Apr 25 13:54:15 systemd[1]: Started SYSV: Mongo is a scalable, document-oriented database..
Hint: Some lines were ellipsized, use -l to show in full.
[root@webhostingchennai yum.repos.d]#

Step 3 : Fix a MongoDB Error

MongoDB is installed. Now we can access the mongodb shell by using the command below:


You will probably see this error about ulimit configuration on the server.

** WARNING: soft rlimits too low. rlimits set to 4096 processes, 64000 files. Number of processes should be at least 32000…

[root@webhostingchennai yum.repos.d]# mongo
MongoDB shell version: 3.2.19
connecting to: test
Welcome to the MongoDB shell.
For interactive help, type "help".
For more comprehensive documentation, see
Questions? Try the support group
Server has startup warnings:
2018-04-25T13:54:15.753+0300 I CONTROL  [initandlisten]
2018-04-25T13:54:15.753+0300 I CONTROL  [initandlisten] ** WARNING: soft rlimits too low. rlimits set to 4096 processes, 64000 files. Number of processes should be at least 32000 : 0.5 times number of files.

Ulimits or User limits define how much of a system-wide resource a user may use.

In order to resolve this problem, we need to increase the ulimit configuration of the user mongod.

On CentOS 7 server, the MongoDB database is running under the user ‘mongod’.

Go to the /etc/security/ limits.conf configuration file.

cd /etc/security/
nano limits.conf

Increase the limits of the mongod user to ‘64000’ – number of processes or nproc and the number of open files or nofile to 64000.

Paste new configuration below to the end of the file:

mongod soft nproc 64000
mongod hard nproc 64000
mongod soft nofile 64000
mongod hard nofile 64000

Save the file and exit

Run the sysctl command below to apply the changed limits to the system:

sysctl -p

Now, restart the MongoDB service and try again to access the mongo shell, the error is gone now.

systemctl restart mongod
[root@webhostingchennai security]# systemctl restart mongod
[root@webhostingchennai security]# mongo
MongoDB shell version: 3.2.19
connecting to: test


Step 4 : Create a MongoDB Administrator User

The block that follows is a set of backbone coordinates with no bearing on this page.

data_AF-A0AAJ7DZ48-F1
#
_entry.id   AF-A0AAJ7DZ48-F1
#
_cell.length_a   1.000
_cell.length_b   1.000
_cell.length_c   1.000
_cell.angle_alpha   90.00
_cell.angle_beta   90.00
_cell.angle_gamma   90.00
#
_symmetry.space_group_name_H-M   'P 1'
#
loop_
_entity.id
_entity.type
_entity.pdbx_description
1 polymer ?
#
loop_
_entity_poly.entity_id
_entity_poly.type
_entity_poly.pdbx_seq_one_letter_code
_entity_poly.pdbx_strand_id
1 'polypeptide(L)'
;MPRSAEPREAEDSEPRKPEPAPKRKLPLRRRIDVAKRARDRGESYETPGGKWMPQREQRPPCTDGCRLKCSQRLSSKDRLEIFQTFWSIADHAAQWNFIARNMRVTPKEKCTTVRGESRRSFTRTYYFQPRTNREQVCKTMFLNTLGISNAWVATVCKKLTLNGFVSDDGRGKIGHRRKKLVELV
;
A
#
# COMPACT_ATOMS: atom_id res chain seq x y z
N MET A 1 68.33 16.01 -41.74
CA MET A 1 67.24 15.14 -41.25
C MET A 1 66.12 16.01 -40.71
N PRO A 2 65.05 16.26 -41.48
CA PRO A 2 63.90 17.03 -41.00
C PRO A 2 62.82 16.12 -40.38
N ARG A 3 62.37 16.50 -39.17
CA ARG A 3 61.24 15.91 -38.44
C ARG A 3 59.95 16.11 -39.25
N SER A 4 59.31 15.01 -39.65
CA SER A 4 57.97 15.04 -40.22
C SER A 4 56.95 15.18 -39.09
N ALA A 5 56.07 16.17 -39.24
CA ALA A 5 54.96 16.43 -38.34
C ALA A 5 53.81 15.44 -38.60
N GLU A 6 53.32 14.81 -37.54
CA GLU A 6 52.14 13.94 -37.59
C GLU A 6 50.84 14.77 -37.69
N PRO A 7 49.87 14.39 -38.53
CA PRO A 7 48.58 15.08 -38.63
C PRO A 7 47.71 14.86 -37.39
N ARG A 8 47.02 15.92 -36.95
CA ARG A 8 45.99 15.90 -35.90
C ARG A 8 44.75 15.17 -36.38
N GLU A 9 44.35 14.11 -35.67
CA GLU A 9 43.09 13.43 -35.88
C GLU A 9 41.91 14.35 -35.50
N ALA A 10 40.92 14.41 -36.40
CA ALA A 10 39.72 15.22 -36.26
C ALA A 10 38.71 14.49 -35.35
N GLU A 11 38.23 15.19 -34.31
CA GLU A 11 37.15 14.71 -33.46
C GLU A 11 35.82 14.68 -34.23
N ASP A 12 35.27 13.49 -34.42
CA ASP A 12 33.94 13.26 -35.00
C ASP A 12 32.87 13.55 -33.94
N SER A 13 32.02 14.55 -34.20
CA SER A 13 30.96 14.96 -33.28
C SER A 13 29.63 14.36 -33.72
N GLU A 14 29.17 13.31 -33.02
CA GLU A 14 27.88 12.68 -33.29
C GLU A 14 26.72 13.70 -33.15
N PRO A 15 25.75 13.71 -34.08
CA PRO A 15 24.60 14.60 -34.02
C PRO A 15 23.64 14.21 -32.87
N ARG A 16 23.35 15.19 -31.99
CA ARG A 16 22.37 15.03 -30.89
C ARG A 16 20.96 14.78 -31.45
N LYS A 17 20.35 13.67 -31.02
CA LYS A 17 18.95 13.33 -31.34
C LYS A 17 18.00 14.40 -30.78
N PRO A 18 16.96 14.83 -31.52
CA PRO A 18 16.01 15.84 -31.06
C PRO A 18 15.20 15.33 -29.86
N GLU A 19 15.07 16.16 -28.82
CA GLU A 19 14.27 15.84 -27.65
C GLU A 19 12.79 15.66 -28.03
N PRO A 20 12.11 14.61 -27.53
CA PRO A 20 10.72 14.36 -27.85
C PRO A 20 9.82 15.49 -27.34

In this step, we will create a new user “admin” for MongoDB with the role ‘UserAdminAnyDatabase’ from the mongo shell.

Open the mongodb shell using “mongo” command

Here, I’m creating a new user administrator named ‘admin’ with password ‘mongoadmin’. Use a secure password on your server. Then we will configure the role of the user to be ‘UserAdminAnyDatabase’.

Switch to the database ‘admin’.

use admin

Type in the MongoDB query below to create the new administrator user

user: "admin",
pwd: "mongoadmin",
roles: [ { role: "userAdminAnyDatabase", db: "admin" } ]

Next, ensure that the user has been created with the MongoDB query below.

show users


[root@webhostingchennai ]# mongo
MongoDB shell version: 3.2.19
connecting to: test
> use admin
switched to db admin
> db.createUser(
...   {
...     user: "admin",
...     pwd: "admin123",
...     roles: [ { role: "userAdminAnyDatabase", db: "admin" } ]
...   }
... )
Successfully added user: {
        "user" : "admin",
        "roles" : [
                        "role" : "userAdminAnyDatabase",
                        "db" : "admin"
> show users
        "_id" : "admin.admin",
        "user" : "admin",
        "db" : "admin",
        "roles" : [
                        "role" : "userAdminAnyDatabase",
                        "db" : "admin"
> ^C
[root@webhostingchennai ]#

The MongoDB administrator user has been created.

Step 5 : Enable User Authentication in MongoDB

Here, we will enable authentication for users to prevent that another user without sufficient privileges is able to see the data on the database.

On our CentOS 7 server, MongoDB is running under systemd with an init script in the ‘/etc/init.d/’ dirctory. We will edit that script to force the mongodb service to run with the ‘–auth’ option.

Go to the ‘/etc/init.d/’ directory and edit the “mongod” file

cd /etc/init.d/
nano mongod

On line 15 you will find the “OPTION” variable, there we will add the “mongod” option.


Save the file.

Reload the systemd service and restart MongoDB.

systemctl daemon-reload
systemctl restart mongod

Next, we have to test the configuration by logging into the mongo shell and switch to the admin database, then try to see the admin users.


use admin
show users

You will see an error about the unauthorized execution of the command in the database admin. Now we need to use the command ‘db.auth()’ for the authentication.

db.auth('admin', 'admin123')

Now you can see the users with their roles and the privileges.

[root@webhostingchennai init.d]# mongo
MongoDB shell version: 3.2.19
connecting to: test
> use admin
switched to db admin
> show users
2018-04-25T14:20:22.249+0300 E QUERY    [thread1] Error: not authorized on admin to execute command { usersInfo: 1.0 } :

> db.auth('admin', 'mongoadmin')
> show users
        "_id" : "admin.admin",
        "user" : "admin",
        "db" : "admin",
        "roles" : [
                        "role" : "userAdminAnyDatabase",
                        "db" : "admin"

Now, MongoDB 3.2 has been installed and configured on a CentOS 7 Server.

For installing LAMP on Centos 7, click here

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1 Response

  1. Aravind says:

    Thanks webhostingchennai, good post